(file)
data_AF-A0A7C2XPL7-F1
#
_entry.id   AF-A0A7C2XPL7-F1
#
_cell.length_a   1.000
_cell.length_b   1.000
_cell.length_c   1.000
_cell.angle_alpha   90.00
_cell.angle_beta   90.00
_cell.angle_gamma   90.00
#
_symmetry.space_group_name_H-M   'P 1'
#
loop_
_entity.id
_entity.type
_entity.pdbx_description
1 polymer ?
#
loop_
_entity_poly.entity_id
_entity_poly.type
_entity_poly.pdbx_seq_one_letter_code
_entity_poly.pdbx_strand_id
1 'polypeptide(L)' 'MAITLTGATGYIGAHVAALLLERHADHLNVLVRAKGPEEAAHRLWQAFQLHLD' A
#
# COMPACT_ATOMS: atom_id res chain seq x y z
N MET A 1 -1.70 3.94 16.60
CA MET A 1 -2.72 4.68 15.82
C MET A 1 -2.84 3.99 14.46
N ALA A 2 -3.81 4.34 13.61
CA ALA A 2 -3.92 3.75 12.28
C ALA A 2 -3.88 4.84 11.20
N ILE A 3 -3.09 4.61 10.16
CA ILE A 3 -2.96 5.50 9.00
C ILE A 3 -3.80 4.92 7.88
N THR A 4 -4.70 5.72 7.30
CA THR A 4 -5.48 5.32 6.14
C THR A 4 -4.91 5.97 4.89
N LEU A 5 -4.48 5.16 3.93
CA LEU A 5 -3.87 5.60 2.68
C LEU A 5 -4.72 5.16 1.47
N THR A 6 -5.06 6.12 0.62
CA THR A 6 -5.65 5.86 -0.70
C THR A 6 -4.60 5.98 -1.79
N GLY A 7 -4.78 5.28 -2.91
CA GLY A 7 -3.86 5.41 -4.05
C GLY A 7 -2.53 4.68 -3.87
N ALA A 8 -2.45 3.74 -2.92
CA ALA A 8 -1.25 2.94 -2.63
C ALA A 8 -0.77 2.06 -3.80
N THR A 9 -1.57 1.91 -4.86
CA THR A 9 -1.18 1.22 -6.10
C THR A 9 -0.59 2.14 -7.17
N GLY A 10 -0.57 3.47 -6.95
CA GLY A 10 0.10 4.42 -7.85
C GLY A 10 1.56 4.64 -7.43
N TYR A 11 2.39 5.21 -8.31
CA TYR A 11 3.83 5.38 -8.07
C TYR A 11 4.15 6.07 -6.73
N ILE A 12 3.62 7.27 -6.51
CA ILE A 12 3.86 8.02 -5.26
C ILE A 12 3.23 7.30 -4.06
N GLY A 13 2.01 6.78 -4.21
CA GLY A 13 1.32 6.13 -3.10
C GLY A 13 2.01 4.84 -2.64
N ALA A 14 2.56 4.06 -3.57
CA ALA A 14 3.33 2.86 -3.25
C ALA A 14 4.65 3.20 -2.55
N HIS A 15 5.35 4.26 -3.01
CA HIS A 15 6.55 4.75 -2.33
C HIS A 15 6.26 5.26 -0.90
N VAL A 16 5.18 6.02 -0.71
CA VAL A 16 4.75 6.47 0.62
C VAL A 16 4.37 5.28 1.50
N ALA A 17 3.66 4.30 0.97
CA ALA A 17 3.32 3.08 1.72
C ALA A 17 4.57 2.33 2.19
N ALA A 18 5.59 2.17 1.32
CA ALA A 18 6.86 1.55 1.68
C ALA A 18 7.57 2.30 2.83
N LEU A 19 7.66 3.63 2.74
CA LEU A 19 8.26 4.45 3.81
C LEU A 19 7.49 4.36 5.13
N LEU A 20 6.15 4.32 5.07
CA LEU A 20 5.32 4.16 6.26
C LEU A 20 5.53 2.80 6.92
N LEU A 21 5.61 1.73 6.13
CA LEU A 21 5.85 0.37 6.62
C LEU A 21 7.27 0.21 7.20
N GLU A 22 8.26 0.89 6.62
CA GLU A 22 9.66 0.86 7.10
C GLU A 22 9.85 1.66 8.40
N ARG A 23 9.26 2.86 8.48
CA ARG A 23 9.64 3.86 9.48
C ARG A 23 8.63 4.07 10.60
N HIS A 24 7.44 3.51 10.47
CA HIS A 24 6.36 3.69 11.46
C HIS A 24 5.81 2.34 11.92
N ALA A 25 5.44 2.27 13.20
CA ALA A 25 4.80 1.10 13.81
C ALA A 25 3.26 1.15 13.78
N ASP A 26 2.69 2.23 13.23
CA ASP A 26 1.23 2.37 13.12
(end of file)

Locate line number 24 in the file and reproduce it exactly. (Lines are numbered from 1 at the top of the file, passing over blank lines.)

_entity_poly.pdbx_strand_id